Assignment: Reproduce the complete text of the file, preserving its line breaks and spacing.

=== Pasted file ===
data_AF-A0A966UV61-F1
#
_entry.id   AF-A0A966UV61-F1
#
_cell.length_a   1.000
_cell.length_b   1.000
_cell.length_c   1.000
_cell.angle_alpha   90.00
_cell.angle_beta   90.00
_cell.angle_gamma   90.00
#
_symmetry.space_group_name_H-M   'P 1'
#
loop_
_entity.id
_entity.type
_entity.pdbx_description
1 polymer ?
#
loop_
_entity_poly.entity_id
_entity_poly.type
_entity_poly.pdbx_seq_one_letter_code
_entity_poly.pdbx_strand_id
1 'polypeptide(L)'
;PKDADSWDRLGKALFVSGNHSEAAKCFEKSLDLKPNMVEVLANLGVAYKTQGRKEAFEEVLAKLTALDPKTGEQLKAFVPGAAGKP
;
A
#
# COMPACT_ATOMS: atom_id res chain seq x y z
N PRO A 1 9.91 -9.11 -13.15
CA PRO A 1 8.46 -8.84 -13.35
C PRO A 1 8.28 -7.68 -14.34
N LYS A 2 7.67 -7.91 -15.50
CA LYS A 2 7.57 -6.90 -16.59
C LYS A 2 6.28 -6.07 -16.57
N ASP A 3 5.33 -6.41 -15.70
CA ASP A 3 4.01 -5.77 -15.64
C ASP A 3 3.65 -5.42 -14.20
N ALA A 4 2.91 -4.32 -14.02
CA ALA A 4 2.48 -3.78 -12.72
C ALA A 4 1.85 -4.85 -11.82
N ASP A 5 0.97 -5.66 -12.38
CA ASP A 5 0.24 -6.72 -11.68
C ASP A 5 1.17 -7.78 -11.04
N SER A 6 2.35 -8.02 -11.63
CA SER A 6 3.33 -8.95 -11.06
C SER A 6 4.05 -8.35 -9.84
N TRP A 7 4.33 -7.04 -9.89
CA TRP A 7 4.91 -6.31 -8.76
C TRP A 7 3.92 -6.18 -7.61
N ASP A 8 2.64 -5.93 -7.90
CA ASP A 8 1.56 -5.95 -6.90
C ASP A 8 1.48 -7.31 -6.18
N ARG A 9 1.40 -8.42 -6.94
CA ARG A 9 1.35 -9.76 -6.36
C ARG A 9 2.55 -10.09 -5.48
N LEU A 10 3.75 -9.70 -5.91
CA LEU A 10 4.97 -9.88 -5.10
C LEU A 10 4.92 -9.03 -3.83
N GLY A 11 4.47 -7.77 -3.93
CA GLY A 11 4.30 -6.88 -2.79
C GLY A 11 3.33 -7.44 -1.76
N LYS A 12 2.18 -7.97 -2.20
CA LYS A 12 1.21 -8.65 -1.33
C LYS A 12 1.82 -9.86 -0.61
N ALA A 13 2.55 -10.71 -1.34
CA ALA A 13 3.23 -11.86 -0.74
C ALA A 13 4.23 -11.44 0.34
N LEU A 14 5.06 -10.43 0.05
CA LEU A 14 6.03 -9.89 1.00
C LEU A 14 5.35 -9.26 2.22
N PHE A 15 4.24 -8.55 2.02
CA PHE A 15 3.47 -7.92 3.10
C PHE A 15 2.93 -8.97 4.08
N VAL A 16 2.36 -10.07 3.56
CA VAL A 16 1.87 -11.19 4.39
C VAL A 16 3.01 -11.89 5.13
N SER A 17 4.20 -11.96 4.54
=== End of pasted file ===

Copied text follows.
data_AF-A0A966UV61-F1
#
_entry.id   AF-A0A966UV61-F1
#
_cell.length_a   1.000
_cell.length_b   1.000
_cell.length_c   1.000
_cell.angle_alpha   90.00
_cell.angle_beta   90.00
_cell.angle_gamma   90.00
#
_symmetry.space_group_name_H-M   'P 1'
#
loop_
_entity.id
_entity.type
_entity.pdbx_description
1 polymer ?
#
loop_
_entity_poly.entity_id
_entity_poly.type
_entity_poly.pdbx_seq_one_letter_code
_entity_poly.pdbx_strand_id
1 'polypeptide(L)'
;PKDADSWDRLGKALFVSGNHSEAAKCFEKSLDLKPNMVEVLANLGVAYKTQGRKEAFEEVLAKLTALDPKTGEQLKAFVPGAAGKP
;
A
#
# COMPACT_ATOMS: atom_id res chain seq x y z
N PRO A 1 9.91 -9.11 -13.15
CA PRO A 1 8.46 -8.84 -13.35
C PRO A 1 8.28 -7.68 -14.34
N LYS A 2 7.67 -7.91 -15.50
CA LYS A 2 7.57 -6.90 -16.59
C LYS A 2 6.28 -6.07 -16.57
N ASP A 3 5.33 -6.41 -15.70
CA ASP A 3 4.01 -5.77 -15.64
C ASP A 3 3.65 -5.42 -14.20
N ALA A 4 2.91 -4.32 -14.02
CA ALA A 4 2.48 -3.78 -12.72
C ALA A 4 1.85 -4.85 -11.82
N ASP A 5 0.97 -5.66 -12.38
CA ASP A 5 0.24 -6.72 -11.68
C ASP A 5 1.17 -7.78 -11.04
N SER A 6 2.35 -8.02 -11.63
CA SER A 6 3.33 -8.95 -11.06
C SER A 6 4.05 -8.35 -9.84
N TRP A 7 4.33 -7.04 -9.89
CA TRP A 7 4.91 -6.31 -8.76
C TRP A 7 3.92 -6.18 -7.61
N ASP A 8 2.64 -5.93 -7.90
CA ASP A 8 1.56 -5.95 -6.90
C ASP A 8 1.48 -7.31 -6.18
N ARG A 9 1.40 -8.42 -6.94
CA ARG A 9 1.35 -9.76 -6.36
C ARG A 9 2.55 -10.09 -5.48
N LEU A 10 3.75 -9.70 -5.91
CA LEU A 10 4.97 -9.88 -5.10
C LEU A 10 4.92 -9.03 -3.83
N GLY A 11 4.47 -7.77 -3.93
CA GLY A 11 4.30 -6.88 -2.79
C GLY A 11 3.33 -7.44 -1.76
N LYS A 12 2.18 -7.97 -2.20
CA LYS A 12 1.21 -8.65 -1.33
C LYS A 12 1.82 -9.86 -0.61
N ALA A 13 2.55 -10.71 -1.34
CA ALA A 13 3.23 -11.86 -0.74
C ALA A 13 4.23 -11.44 0.34
N LEU A 14 5.06 -10.43 0.05
CA LEU A 14 6.03 -9.89 1.00
C LEU A 14 5.35 -9.26 2.22
N PHE A 15 4.24 -8.55 2.02
CA PHE A 15 3.47 -7.92 3.10
C PHE A 15 2.93 -8.97 4.08
N VAL A 16 2.36 -10.07 3.56
CA VAL A 16 1.87 -11.19 4.39
C VAL A 16 3.01 -11.89 5.13
N SER A 17 4.20 -11.96 4.54